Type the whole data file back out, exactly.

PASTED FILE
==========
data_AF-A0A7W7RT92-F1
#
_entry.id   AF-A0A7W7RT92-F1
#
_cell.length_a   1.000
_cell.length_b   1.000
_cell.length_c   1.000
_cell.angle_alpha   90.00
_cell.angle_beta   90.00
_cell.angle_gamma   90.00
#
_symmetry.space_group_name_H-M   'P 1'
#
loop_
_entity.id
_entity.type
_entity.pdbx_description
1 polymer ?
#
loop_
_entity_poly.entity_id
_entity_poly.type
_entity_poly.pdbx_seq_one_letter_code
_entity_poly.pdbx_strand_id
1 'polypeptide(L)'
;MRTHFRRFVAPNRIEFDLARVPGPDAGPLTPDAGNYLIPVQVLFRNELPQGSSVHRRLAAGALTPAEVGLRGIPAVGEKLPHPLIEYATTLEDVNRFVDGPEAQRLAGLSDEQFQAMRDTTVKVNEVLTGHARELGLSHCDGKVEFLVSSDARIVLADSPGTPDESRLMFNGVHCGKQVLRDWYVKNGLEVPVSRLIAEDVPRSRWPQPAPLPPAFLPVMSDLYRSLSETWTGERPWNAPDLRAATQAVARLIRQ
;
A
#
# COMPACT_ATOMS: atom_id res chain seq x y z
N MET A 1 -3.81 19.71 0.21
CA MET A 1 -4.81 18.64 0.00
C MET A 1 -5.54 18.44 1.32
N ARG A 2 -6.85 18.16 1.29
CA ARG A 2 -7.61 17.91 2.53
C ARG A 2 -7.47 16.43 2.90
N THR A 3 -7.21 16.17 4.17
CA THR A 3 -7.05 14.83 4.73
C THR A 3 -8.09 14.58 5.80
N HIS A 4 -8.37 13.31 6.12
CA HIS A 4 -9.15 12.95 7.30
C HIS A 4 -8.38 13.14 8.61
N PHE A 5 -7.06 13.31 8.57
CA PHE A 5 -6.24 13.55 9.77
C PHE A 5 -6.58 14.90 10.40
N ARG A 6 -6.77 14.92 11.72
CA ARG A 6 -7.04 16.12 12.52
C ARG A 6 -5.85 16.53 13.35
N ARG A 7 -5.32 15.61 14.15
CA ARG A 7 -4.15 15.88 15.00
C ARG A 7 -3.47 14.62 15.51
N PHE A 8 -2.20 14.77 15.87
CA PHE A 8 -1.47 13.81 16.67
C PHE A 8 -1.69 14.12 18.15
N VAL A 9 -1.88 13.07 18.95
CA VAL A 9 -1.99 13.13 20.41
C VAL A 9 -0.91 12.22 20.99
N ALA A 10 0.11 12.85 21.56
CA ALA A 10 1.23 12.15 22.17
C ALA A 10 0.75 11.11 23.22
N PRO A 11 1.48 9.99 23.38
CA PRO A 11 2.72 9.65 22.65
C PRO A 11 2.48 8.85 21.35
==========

data_AF-A0A7W7RT92-F1
#
_entry.id   AF-A0A7W7RT92-F1
#
_cell.length_a   1.000
_cell.length_b   1.000
_cell.length_c   1.000
_cell.angle_alpha   90.00
_cell.angle_beta   90.00
_cell.angle_gamma   90.00
#
_symmetry.space_group_name_H-M   'P 1'
#
loop_
_entity.id
_entity.type
_entity.pdbx_description
1 polymer ?
#
loop_
_entity_poly.entity_id
_entity_poly.type
_entity_poly.pdbx_seq_one_letter_code
_entity_poly.pdbx_strand_id
1 'polypeptide(L)'
;MRTHFRRFVAPNRIEFDLARVPGPDAGPLTPDAGNYLIPVQVLFRNELPQGSSVHRRLAAGALTPAEVGLRGIPAVGEKLPHPLIEYATTLEDVNRFVDGPEAQRLAGLSDEQFQAMRDTTVKVNEVLTGHARELGLSHCDGKVEFLVSSDARIVLADSPGTPDESRLMFNGVHCGKQVLRDWYVKNGLEVPVSRLIAEDVPRSRWPQPAPLPPAFLPVMSDLYRSLSETWTGERPWNAPDLRAATQAVARLIRQ
;
A
#
# COMPACT_ATOMS: atom_id res chain seq x y z
N MET A 1 -3.81 19.71 0.21
CA MET A 1 -4.81 18.64 0.00
C MET A 1 -5.54 18.44 1.32
N ARG A 2 -6.85 18.16 1.29
CA ARG A 2 -7.61 17.91 2.53
C ARG A 2 -7.47 16.43 2.90
N THR A 3 -7.21 16.17 4.17
CA THR A 3 -7.05 14.83 4.73
C THR A 3 -8.09 14.58 5.80
N HIS A 4 -8.37 13.31 6.12
CA HIS A 4 -9.15 12.95 7.30
C HIS A 4 -8.38 13.14 8.61
N PHE A 5 -7.06 13.31 8.57
CA PHE A 5 -6.24 13.55 9.77
C PHE A 5 -6.58 14.90 10.40
N ARG A 6 -6.77 14.92 11.72
CA ARG A 6 -7.04 16.12 12.52
C ARG A 6 -5.85 16.53 13.35
N ARG A 7 -5.32 15.61 14.15
CA ARG A 7 -4.15 15.88 15.00
C ARG A 7 -3.47 14.62 15.51
N PHE A 8 -2.20 14.77 15.87
CA PHE A 8 -1.47 13.81 16.67
C PHE A 8 -1.69 14.12 18.15
N VAL A 9 -1.88 13.07 18.95
CA VAL A 9 -1.99 13.13 20.41
C VAL A 9 -0.91 12.22 20.99
N ALA A 10 0.11 12.85 21.56
CA ALA A 10 1.23 12.15 22.17
C ALA A 10 0.75 11.11 23.22
N PRO A 11 1.48 9.99 23.38
CA PRO A 11 2.72 9.65 22.65
C PRO A 11 2.48 8.85 21.35